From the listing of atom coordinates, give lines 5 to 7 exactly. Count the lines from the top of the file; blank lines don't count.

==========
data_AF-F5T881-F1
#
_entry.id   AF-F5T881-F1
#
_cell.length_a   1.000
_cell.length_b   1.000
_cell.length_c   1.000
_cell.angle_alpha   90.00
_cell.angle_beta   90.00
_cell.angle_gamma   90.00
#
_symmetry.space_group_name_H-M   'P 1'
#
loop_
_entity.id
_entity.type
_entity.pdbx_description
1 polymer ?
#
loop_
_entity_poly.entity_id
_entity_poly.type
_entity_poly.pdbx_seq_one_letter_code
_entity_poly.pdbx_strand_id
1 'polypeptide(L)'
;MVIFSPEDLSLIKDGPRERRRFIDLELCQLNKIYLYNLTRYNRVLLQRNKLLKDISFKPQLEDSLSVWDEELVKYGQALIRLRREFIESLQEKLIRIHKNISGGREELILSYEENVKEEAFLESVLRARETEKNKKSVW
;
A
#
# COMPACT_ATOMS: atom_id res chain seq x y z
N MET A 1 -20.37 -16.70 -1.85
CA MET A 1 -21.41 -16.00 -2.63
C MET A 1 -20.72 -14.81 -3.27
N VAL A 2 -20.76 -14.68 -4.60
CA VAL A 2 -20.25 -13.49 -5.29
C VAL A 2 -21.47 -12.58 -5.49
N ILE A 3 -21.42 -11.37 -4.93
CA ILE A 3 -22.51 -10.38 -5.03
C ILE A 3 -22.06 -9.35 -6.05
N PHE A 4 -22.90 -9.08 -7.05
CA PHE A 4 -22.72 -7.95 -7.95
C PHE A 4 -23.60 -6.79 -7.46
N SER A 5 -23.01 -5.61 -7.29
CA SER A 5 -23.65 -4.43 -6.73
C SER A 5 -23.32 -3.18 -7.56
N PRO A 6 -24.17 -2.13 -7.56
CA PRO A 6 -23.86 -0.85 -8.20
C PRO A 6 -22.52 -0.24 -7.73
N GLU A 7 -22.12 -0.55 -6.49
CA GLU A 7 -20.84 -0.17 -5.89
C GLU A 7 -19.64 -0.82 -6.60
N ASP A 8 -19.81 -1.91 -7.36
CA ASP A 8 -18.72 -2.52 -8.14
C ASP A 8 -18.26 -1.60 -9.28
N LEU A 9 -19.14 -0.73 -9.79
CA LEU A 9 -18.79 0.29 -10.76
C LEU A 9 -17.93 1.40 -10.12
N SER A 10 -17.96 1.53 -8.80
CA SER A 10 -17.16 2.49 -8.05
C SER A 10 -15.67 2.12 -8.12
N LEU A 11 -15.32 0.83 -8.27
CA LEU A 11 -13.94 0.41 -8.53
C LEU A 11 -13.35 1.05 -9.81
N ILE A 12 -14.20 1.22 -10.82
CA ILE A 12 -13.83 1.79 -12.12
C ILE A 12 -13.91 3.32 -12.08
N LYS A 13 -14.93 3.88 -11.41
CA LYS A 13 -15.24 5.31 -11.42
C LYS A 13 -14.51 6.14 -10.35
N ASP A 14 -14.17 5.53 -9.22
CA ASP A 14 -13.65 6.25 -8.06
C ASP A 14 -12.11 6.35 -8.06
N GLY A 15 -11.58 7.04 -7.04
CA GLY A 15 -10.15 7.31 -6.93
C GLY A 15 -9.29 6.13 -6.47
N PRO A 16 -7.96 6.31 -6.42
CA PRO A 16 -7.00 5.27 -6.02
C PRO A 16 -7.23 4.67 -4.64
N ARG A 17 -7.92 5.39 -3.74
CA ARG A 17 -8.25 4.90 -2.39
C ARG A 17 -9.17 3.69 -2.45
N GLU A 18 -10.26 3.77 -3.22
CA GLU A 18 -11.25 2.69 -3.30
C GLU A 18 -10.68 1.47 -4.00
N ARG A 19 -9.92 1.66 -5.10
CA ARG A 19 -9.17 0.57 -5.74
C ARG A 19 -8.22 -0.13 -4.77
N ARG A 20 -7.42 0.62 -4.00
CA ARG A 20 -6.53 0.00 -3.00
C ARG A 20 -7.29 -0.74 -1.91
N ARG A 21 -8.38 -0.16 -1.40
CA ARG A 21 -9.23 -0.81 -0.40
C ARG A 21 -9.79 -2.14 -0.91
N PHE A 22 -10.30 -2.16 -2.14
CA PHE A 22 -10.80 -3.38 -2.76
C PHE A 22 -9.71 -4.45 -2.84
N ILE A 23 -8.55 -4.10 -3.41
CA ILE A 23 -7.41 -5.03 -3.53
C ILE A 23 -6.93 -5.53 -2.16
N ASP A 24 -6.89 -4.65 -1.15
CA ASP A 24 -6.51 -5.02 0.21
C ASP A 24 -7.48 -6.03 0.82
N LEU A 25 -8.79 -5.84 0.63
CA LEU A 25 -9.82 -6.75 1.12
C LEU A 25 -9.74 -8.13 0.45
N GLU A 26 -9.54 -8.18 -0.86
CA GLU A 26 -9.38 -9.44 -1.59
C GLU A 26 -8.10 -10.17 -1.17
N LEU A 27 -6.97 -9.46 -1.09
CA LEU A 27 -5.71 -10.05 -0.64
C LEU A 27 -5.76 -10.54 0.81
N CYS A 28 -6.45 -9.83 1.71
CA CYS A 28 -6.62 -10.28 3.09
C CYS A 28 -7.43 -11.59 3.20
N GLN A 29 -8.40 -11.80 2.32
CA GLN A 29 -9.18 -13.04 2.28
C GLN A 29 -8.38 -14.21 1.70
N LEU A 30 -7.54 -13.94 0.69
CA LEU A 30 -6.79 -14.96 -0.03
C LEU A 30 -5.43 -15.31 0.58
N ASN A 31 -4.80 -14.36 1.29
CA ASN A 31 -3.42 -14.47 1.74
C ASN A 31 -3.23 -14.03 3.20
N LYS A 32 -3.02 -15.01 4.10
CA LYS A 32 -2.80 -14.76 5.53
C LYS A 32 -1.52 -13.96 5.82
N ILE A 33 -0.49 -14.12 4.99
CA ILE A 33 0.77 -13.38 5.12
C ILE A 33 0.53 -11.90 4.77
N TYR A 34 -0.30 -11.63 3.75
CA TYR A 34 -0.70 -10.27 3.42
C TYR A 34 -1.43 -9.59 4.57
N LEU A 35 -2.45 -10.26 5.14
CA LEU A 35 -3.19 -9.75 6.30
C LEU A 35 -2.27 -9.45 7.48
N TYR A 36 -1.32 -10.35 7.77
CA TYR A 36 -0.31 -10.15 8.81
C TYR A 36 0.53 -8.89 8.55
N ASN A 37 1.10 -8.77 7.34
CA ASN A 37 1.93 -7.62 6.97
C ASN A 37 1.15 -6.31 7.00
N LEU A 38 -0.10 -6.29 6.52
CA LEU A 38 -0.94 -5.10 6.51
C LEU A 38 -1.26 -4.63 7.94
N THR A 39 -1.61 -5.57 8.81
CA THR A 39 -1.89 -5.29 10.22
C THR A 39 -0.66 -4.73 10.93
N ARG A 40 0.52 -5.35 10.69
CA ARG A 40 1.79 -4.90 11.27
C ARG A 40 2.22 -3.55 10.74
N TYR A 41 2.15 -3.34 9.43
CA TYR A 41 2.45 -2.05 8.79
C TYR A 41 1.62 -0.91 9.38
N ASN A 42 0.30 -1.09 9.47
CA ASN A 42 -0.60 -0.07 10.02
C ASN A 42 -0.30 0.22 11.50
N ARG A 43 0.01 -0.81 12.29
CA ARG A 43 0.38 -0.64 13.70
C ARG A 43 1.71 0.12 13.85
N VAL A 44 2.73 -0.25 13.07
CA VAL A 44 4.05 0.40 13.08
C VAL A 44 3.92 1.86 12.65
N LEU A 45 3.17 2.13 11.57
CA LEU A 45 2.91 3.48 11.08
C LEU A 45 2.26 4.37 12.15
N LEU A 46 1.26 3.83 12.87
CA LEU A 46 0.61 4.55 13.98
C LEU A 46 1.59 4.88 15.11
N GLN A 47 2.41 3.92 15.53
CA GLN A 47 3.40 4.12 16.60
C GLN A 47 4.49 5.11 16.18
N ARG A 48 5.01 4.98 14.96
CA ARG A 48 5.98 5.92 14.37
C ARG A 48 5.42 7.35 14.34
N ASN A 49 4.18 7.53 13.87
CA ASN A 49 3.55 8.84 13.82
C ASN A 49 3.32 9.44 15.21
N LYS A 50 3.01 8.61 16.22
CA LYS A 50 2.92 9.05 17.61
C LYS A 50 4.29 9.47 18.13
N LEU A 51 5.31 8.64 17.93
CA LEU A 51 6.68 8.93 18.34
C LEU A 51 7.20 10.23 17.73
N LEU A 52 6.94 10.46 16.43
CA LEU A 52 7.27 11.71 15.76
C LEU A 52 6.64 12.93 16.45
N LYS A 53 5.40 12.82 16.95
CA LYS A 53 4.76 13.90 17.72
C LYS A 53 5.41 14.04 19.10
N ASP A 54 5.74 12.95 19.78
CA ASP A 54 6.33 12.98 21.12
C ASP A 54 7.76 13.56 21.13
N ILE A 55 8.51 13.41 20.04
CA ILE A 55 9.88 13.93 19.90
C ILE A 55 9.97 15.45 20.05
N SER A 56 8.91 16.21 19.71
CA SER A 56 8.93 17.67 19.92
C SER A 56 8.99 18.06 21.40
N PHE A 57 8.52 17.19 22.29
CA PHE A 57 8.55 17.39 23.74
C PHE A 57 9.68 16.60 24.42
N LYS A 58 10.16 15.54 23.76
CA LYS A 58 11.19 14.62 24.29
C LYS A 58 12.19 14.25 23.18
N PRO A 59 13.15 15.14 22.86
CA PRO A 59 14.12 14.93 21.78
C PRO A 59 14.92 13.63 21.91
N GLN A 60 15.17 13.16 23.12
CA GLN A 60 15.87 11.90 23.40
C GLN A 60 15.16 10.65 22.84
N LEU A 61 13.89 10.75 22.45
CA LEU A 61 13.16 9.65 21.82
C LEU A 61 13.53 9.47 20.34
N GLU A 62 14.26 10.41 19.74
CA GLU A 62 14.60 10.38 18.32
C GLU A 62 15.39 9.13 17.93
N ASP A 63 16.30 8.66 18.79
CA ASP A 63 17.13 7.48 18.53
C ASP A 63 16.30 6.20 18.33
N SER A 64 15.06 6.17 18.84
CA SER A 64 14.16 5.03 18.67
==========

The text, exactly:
_cell.length_a   1.000
_cell.length_b   1.000
_cell.length_c   1.000